paella
26 Feb
Recipe: Paella
Making and enjoying paella - TheMessyBaker.com One of these days I'll learn how to take notes, shoot pictures and eat, all at once. This sort of multi-tasking would have come in very handy last week when I attended a paella class at Pimenton in Toronto. Greeted by a table full of tapas, fellow bloggers chopping vegetables and a warm and welcoming Chef José Arato, my anxiety over arriving late due to the rush hour drive melted. It took at couple of Tortilla & Chorizo Tarts to calm me down, but they did the trick. Until the class, most of my knowledge about paella came from Posh Nosh, a British cooking show spoof. Unlike the TV version, Chef José's paella was cooked on the stove top — not in the ancestral Aga — and uses bomba rice, not Italian arborio. Who knew you can't trust the BBC for cooking advice?
clotted-cream
21 Feb
Homemade Clotted Cream

Shrove Tuesday doesn't have to include pancakes. Today is really about gorging on rich foods before the 40-day fast of Lent. Pancakes just happen to be cooked in grease, filled with eggs and topped with more decadence.  It's okay to think beyond the griddle. Any...

preserved-lemons-almost-done
17 Feb
Recipe: Preserved Lemons
Making preserved lemons - TheMessyBaker.com It's time to strike another item off my Culinary Bucket List. In an uncharacteristic display of patience, I tackled preserved lemons. They require endurance, not because they are hard to make, but because they take 4 weeks to cure. In the meantime, to scratch my immediate-gratification itch, I started a Tumblr — a place to stuff all those little items I can't clutter up the blog with. It'll be a home for stray thoughts, non-food shots (which don't necessarily translate to cats), and food shots that aren't good enough for Foodgawker but tell a story I want to share. I'm still figuring it out, but if you care to pop by I have added a link to the far right of the menu bar. Go on. Click it. I dare you. Anyway, I started researching preserved lemons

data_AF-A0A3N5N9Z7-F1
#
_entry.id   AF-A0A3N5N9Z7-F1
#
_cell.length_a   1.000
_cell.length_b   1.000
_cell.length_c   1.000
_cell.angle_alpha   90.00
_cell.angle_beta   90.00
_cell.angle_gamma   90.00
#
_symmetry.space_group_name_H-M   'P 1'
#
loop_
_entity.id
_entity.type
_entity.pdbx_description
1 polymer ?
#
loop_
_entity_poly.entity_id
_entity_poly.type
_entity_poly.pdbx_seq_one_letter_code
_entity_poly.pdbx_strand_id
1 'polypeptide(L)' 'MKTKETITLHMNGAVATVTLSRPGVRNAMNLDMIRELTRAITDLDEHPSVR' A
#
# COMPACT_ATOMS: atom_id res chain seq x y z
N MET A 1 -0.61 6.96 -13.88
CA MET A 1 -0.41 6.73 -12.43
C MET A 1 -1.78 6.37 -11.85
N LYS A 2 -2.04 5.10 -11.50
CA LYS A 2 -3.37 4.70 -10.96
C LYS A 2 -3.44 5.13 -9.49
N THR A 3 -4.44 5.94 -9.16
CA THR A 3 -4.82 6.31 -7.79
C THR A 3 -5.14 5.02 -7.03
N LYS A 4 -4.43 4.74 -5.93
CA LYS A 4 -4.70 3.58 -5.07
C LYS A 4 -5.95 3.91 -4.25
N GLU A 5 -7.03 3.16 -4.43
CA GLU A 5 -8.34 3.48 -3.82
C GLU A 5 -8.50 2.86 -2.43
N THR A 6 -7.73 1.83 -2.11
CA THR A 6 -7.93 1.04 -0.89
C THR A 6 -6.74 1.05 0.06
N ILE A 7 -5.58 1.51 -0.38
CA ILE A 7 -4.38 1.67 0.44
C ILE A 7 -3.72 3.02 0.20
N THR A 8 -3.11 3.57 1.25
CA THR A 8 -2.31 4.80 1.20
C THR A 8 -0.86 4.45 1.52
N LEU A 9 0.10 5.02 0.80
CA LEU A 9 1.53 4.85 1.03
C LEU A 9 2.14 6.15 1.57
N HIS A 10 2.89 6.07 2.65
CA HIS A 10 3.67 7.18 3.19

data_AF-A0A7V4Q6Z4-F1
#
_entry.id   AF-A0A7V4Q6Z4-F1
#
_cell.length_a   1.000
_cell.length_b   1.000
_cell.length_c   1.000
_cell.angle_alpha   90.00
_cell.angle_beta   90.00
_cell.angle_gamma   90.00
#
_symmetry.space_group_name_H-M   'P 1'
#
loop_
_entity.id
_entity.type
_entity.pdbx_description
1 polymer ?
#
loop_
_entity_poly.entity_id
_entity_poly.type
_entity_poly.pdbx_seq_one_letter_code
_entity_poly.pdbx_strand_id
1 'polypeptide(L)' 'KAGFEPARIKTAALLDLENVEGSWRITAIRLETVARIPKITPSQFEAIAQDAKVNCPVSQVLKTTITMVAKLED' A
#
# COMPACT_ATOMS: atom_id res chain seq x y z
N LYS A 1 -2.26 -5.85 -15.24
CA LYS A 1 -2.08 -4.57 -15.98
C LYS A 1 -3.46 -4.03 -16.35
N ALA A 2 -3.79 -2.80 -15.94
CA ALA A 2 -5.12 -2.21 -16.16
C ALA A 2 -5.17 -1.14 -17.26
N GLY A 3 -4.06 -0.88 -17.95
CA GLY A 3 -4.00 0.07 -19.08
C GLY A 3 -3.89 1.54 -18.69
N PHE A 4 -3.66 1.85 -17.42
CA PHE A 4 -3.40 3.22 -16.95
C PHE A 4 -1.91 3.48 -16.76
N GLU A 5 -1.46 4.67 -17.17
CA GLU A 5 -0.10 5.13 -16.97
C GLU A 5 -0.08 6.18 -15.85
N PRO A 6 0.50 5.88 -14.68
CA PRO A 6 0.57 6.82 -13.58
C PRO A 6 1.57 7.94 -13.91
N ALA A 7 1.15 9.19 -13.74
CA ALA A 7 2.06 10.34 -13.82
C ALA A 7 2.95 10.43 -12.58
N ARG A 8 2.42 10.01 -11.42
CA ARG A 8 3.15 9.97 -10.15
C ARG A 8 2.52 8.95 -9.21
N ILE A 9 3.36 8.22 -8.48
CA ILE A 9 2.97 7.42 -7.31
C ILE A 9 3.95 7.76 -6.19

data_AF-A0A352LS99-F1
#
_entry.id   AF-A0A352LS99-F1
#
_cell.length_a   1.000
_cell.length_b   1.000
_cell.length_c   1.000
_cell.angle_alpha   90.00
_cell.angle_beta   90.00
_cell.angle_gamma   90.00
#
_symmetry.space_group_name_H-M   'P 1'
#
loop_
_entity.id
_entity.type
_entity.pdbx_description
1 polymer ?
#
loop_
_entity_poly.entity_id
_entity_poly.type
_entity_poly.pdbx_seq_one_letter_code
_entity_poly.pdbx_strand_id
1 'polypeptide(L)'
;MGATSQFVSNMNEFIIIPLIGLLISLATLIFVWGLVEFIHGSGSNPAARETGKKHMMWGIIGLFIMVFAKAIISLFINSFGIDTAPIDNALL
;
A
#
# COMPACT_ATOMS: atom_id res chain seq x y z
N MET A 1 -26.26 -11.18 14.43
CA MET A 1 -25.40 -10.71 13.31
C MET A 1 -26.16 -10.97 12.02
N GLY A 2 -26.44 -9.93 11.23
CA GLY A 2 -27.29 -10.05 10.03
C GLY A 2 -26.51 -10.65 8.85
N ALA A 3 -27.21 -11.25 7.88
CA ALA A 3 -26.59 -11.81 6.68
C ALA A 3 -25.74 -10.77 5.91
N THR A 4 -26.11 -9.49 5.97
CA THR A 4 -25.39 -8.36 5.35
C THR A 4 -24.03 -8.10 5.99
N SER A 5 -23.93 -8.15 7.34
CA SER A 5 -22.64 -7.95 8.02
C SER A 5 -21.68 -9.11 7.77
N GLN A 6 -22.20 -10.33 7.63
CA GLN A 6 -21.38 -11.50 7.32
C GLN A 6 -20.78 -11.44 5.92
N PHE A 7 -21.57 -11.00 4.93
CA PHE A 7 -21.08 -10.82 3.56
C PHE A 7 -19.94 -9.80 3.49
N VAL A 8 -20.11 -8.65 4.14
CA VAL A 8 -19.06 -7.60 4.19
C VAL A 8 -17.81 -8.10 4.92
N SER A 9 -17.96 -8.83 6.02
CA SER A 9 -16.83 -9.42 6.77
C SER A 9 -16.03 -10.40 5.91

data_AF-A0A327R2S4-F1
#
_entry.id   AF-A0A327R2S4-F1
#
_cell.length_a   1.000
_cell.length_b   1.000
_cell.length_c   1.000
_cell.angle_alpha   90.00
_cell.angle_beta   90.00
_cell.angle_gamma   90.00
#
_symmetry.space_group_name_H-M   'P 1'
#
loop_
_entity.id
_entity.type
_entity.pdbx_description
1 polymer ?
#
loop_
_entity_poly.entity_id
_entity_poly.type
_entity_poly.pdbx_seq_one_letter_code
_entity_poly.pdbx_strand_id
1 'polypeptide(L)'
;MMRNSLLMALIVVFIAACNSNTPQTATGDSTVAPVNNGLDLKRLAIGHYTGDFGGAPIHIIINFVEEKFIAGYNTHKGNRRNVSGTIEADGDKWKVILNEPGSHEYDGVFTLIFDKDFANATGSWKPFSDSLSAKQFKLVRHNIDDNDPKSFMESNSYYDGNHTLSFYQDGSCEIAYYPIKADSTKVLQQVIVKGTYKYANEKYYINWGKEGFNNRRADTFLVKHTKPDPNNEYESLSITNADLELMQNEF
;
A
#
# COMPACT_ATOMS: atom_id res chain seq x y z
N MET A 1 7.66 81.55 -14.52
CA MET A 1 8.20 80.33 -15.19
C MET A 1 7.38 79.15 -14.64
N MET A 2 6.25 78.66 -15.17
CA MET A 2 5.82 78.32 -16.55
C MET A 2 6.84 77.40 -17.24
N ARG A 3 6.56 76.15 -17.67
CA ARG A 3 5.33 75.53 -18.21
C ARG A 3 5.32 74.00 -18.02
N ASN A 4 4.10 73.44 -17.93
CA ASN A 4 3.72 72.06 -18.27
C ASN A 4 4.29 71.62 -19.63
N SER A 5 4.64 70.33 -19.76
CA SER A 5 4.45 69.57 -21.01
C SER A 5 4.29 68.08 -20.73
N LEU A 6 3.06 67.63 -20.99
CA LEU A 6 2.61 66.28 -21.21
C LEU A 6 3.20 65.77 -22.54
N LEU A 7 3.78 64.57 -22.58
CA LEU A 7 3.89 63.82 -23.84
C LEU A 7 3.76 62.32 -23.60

Charmian-Logo-New-transparent
13 Feb
6 Chocolate Recipes and $100 off Rouxbe
Despite my passion for chocolate, I have never been a huge Valentine's Day fan. I try to ignore it, not because I am cynical about love, but because I believe affection, gifts and surprises should be dictated by the heart, not the calendar. Or at least that's my normal stance. But Rouxbe Online Cooking School is having a limited-time-only Valentine's Day special and I think it's worth promoting. Why? Because: a) Life's too short to eat bad chocolate. Rouxbe has a fabulous section on chocolate, including how to read a label. Watch the trial video in the Rouxbe widget at the bottom of the post before you buy your sweetheart chocolate. I guarantee you and the recipient will be happy with the results. b) Unlike my gym membership, I actually visit Rouxbe's on a regular basis. I use it to refresh my memory, learn new skills and further my culinary education — which may be in part why I'm not at the gym as often as I should. c) I want to plug some of my old content using the Valentine's Day Chocolate theme as an excuse.